Under the hood of the Tata Indigo eCS lies a 1.4-litre DICOR heart. This 1396cc, CR4 diesel engine is BS4 compliant and produces 70 BHP of peak power output at 4000 RPM and 140 Nm of peak torque output at 1800 RPM. Unlike all other Tata cars, where the engine is either sourced from Fiat or made in collaboration with AVL, the Indigo eCS diesel motor is made by Tata Motors’ Indian engineers. The company has taken the old DICOR engine and made changes to the calibration, air-fuel mixture and power delivery to make the Indigo eCS offer a more refined and smoother power delivery with improved drive-ability. The company has also made the fifth gear taller, which is meant to improve high speed cruising.
[flickr size=”center” float=”medium”]http://www.flickr.com/photos/motorbeam/7716423960/[/flickr]
So what does all these changes result in? Turn on the ignition and there is the usual vibrations you get from a diesel engine. Refinement levels are not the best but then you really can’t expect much from a car of this price. However once on the move, you will be surprised by how good this CR4 engine actually is. With a weight of 1065 kgs, the Indigo eCS never feels sluggish or underpowered. There is ample amount of power to keep the vehicle moving comfortable in city driving conditions.
[flickr size=”center” float=”medium”]http://www.flickr.com/photos/motorbeam/7716429238/[/flickr]
Power delivery is linear and once the turbo spools up at 2000 RPM, the Indigo eCS makes decent progress. The torque spread is very well spread out which makes drive-ability very good. However the gearbox is very rubbery and needs improvement. Driving the Indigo eCS on the expressway, the vehicle had enough grunt to reach triple digit speeds without a hiccup and kept there without any fuss. At 100 km/h, the Indigo eCS feels relaxed and the engine doesn’t feel stressed out. Full marks for Tata Motors for the home made engine, which performs very well in both the city and the highway. A better gearbox could have made the driving experience so much better though.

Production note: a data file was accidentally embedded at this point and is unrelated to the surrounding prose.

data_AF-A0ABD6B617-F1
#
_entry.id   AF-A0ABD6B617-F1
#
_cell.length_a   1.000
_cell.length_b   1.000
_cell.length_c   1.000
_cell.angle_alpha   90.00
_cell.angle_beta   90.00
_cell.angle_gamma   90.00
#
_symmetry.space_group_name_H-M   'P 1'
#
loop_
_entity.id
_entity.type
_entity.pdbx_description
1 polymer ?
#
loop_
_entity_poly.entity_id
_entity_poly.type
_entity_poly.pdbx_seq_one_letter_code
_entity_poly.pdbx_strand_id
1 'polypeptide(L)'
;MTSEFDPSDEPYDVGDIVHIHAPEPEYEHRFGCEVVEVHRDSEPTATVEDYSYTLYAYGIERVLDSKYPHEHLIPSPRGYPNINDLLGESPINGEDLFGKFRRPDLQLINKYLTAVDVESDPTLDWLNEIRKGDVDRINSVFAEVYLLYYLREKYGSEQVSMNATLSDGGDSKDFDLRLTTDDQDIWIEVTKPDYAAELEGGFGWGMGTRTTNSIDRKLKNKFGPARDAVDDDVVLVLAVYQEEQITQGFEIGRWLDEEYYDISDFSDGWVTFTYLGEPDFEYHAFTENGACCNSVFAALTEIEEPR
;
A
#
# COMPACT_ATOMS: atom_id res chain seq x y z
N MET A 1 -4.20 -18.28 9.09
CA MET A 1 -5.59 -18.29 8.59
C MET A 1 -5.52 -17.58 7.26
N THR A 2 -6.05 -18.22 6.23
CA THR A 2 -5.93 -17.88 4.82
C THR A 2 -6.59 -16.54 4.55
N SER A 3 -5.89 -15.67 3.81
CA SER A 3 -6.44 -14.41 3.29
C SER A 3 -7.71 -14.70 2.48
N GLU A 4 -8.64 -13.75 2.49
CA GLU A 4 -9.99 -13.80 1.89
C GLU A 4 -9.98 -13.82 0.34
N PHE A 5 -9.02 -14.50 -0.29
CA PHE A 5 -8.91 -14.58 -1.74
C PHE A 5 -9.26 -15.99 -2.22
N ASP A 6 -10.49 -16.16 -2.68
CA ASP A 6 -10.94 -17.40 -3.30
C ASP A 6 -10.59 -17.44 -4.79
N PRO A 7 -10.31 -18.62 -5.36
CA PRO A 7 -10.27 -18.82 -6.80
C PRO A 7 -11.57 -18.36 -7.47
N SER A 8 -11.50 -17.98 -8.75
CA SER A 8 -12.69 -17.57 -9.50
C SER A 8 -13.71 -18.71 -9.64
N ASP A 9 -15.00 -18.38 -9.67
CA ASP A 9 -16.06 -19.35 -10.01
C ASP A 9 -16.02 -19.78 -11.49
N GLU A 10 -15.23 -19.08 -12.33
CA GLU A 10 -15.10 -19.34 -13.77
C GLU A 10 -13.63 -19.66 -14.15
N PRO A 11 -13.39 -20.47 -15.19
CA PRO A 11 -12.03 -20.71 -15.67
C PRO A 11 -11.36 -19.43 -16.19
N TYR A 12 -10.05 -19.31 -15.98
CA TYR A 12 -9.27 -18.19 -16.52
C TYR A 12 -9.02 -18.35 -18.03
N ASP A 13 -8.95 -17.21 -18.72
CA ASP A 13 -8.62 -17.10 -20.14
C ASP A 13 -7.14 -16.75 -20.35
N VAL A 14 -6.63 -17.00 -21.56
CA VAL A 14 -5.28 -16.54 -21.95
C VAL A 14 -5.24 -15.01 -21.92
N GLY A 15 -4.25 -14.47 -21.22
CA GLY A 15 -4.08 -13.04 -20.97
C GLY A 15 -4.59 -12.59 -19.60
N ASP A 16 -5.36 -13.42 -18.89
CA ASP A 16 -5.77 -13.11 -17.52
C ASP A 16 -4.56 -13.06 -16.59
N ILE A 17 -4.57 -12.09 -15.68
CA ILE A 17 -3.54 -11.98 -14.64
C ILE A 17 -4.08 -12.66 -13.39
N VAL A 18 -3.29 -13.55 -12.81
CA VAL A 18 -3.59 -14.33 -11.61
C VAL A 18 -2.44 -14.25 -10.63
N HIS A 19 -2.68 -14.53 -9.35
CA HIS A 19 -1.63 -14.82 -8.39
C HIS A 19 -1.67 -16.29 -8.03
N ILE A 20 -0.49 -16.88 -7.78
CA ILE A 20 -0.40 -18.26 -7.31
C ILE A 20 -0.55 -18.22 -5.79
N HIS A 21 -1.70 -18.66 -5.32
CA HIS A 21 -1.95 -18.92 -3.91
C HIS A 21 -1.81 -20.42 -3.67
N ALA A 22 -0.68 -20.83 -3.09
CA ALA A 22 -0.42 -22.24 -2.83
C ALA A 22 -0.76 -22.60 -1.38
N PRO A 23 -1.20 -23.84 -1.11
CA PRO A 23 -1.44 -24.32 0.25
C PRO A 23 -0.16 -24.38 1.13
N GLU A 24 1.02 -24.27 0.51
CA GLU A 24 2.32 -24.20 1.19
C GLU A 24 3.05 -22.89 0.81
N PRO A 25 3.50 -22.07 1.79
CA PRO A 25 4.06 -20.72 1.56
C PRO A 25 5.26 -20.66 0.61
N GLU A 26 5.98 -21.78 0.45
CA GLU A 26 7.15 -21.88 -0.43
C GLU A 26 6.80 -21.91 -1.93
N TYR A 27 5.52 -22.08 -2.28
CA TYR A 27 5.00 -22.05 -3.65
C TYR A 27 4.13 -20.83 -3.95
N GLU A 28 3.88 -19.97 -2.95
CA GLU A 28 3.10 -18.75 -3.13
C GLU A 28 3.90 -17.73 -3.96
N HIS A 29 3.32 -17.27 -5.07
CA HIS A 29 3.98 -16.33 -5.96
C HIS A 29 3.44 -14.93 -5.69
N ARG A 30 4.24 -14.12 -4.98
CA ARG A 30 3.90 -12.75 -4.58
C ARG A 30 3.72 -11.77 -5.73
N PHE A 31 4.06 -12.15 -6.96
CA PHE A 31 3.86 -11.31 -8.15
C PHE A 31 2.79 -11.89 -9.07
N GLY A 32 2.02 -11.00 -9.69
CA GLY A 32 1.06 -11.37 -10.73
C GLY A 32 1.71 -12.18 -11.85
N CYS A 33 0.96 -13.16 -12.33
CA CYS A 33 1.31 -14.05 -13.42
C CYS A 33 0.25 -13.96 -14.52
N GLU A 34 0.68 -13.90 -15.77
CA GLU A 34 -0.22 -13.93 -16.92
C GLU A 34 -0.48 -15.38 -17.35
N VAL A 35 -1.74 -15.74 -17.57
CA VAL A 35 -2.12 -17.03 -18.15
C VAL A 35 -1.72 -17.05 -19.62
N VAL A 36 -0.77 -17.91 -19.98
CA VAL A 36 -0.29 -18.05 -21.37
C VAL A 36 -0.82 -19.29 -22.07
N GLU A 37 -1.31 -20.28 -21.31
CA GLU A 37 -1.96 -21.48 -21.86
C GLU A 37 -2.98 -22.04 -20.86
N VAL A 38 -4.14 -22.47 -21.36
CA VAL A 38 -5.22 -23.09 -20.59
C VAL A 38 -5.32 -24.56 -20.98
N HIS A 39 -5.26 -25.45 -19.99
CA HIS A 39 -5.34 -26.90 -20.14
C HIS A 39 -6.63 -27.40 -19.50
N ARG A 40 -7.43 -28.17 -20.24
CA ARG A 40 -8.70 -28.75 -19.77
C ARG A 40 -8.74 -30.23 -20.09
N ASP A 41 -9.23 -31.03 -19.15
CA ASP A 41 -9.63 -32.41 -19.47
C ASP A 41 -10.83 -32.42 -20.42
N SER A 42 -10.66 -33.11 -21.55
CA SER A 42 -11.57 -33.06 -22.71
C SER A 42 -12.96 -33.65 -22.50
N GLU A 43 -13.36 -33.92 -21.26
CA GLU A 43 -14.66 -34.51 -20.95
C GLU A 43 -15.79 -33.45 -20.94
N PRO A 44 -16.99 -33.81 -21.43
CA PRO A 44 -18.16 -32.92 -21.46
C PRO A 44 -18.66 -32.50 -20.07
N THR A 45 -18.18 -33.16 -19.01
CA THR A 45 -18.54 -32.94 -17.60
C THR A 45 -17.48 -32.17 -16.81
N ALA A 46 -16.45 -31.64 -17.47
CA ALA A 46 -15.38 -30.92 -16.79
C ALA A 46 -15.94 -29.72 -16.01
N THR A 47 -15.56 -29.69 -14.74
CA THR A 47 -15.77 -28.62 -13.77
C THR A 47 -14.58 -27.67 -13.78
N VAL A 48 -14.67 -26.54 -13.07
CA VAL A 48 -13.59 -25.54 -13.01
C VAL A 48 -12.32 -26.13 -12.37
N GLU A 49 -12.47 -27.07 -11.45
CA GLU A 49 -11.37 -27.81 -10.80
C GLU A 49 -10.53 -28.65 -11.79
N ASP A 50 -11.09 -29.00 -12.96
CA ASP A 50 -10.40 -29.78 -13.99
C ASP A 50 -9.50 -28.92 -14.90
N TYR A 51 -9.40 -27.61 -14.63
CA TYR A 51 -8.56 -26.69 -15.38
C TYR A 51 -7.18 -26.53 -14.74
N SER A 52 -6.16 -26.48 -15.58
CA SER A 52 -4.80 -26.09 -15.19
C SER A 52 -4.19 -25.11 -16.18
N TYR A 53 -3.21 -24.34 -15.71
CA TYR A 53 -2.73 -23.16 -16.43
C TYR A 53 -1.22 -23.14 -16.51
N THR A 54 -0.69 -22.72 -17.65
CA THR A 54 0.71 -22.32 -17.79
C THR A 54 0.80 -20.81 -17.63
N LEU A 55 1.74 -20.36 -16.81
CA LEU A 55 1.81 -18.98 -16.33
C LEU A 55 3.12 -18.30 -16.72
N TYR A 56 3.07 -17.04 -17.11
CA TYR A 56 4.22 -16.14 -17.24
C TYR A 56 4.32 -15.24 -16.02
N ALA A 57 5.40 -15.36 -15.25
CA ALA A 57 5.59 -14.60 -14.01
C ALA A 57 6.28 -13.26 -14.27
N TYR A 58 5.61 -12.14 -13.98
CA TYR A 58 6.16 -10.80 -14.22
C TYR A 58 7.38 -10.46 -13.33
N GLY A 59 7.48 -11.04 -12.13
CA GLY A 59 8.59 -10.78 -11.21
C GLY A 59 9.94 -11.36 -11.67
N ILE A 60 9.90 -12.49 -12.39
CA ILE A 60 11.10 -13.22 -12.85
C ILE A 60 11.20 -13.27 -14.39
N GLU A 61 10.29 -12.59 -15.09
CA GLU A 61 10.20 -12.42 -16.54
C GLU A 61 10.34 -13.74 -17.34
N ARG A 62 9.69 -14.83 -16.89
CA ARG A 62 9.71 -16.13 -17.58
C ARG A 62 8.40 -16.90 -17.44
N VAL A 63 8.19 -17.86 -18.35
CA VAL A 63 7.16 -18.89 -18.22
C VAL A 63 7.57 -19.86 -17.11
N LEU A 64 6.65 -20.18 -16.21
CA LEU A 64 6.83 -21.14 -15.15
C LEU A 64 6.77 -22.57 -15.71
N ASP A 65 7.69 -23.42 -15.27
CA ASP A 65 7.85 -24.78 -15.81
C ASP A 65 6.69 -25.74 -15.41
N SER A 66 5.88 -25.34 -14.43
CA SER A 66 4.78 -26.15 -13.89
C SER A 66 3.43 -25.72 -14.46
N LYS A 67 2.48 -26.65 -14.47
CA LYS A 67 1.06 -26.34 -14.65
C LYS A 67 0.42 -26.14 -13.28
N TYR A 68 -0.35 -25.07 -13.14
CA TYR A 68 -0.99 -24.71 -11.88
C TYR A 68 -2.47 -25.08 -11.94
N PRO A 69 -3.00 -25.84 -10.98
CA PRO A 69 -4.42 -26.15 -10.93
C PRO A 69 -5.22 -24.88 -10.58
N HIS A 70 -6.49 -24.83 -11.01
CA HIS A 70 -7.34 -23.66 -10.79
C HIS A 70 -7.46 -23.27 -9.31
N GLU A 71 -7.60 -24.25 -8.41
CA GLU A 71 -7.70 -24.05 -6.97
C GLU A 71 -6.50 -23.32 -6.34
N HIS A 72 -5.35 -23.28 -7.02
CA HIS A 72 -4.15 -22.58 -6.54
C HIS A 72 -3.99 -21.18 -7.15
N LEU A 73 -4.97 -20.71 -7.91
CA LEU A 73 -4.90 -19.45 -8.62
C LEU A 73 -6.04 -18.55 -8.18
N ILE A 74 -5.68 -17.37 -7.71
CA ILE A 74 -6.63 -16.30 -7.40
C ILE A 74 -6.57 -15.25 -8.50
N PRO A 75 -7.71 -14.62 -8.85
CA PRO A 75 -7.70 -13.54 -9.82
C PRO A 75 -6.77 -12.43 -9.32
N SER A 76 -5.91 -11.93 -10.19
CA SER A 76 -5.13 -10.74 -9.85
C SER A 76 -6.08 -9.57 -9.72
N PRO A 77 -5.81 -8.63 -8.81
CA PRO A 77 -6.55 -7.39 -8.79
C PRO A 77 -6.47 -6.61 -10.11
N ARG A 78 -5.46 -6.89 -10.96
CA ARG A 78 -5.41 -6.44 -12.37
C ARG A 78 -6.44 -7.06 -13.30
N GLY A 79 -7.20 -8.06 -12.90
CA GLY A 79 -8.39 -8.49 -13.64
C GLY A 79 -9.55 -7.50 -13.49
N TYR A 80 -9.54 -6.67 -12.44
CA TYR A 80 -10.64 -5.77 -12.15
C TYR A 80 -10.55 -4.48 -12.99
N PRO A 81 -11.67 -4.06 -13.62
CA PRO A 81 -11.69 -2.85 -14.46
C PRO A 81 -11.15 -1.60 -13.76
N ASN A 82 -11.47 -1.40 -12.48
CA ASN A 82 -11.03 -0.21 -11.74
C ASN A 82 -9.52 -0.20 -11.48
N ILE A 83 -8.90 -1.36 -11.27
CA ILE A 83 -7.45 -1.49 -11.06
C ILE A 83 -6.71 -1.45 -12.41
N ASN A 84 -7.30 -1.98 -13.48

[flickr size=”center” float=”medium”]http://www.flickr.com/photos/motorbeam/7716449584/[/flickr]
Tata Motors has stiffened the suspension of the Indigo eCS slightly which aids on handling and straight line stability. On the expressway, even at speed, the Indigo never felt unstable or bouncy. While the Indigo eCS is not the car to be thrown around corners, it handles above average around the corners. The steering wheel feels vague though and offers very little feedback. As a result of the slightly stiffer setup, the ride quality is bit harsh and the suspension tends to crash in on bad roads. This improves with speed though and the reworked suspension geometry does show as the speeds build up. Braking performance is good and the ABS helps to prevent lock-ups. However most buyers would not pick the top-end variant, which gets ABS.
[flickr size=”center” float=”medium”]http://www.flickr.com/photos/motorbeam/7716449350/[/flickr]
The Indigo eCS gets lower resistance tyres, which helps in boosting mileage. While Tata Motors claims 25 km/l, the Indigo eCS returns a figure of 17.5 km/l in the real world. This makes it one of the most fuel efficient sedans in the country. The Indigo range starts at Rs. 5.43 lakhs for the base GLS and goes all the way upto Rs. 7.19 lakhs (all prices on-road, Mumbai) for the top end VX. There are 9 variants on offer, giving buyers ample choice.
The Tata Indigo eCS is not the best built Tata car and is build to a price. Quality levels are far from what you would expect in today’s day and age, while fit and finish could have been a whole lot better. However after living with the Indigo eCS for a months time, we can confidently say that the Indigo offers very low running costs and decent space at an aggressive price. The engine impresses with its good city drive-ability and being the cheapest sedan on sale today, it offers huge practicality to the buyer.
[flickr size=”center” float=”medium”]http://www.flickr.com/photos/motorbeam/7716416702/[/flickr]
* Fuel Efficiency
Whats Not So Cool
* Quality, Fit and Finish